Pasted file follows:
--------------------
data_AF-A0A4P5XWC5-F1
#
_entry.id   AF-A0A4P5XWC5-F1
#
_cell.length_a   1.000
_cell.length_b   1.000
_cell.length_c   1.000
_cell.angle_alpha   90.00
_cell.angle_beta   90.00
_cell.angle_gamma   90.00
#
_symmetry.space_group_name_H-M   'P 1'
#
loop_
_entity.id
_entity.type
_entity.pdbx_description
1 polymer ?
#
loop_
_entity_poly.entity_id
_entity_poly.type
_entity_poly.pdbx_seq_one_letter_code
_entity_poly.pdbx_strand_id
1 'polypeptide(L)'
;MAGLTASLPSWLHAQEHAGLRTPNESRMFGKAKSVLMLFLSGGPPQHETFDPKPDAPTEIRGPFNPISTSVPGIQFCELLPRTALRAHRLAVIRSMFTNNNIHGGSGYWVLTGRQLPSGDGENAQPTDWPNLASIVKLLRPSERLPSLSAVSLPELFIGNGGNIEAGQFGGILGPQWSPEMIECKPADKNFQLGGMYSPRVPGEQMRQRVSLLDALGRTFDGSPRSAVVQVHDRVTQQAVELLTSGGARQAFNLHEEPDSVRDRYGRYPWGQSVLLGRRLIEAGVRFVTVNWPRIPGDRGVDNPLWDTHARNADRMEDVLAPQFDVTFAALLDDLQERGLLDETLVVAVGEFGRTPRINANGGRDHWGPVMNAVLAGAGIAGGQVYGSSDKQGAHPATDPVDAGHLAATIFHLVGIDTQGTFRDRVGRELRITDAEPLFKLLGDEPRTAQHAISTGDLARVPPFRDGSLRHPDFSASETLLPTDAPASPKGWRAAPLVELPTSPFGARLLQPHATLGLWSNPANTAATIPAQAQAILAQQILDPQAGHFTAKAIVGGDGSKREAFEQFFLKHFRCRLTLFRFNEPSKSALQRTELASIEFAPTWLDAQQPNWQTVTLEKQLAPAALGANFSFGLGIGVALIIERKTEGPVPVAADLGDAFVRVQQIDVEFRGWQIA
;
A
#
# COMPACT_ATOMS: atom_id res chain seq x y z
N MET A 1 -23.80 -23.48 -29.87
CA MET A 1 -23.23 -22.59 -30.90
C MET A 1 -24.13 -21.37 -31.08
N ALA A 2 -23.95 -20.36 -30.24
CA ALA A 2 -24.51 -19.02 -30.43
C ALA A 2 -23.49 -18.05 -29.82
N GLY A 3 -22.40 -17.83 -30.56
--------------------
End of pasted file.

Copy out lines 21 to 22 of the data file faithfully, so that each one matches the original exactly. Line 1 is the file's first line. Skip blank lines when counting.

_entity_poly.entity_id
_entity_poly.type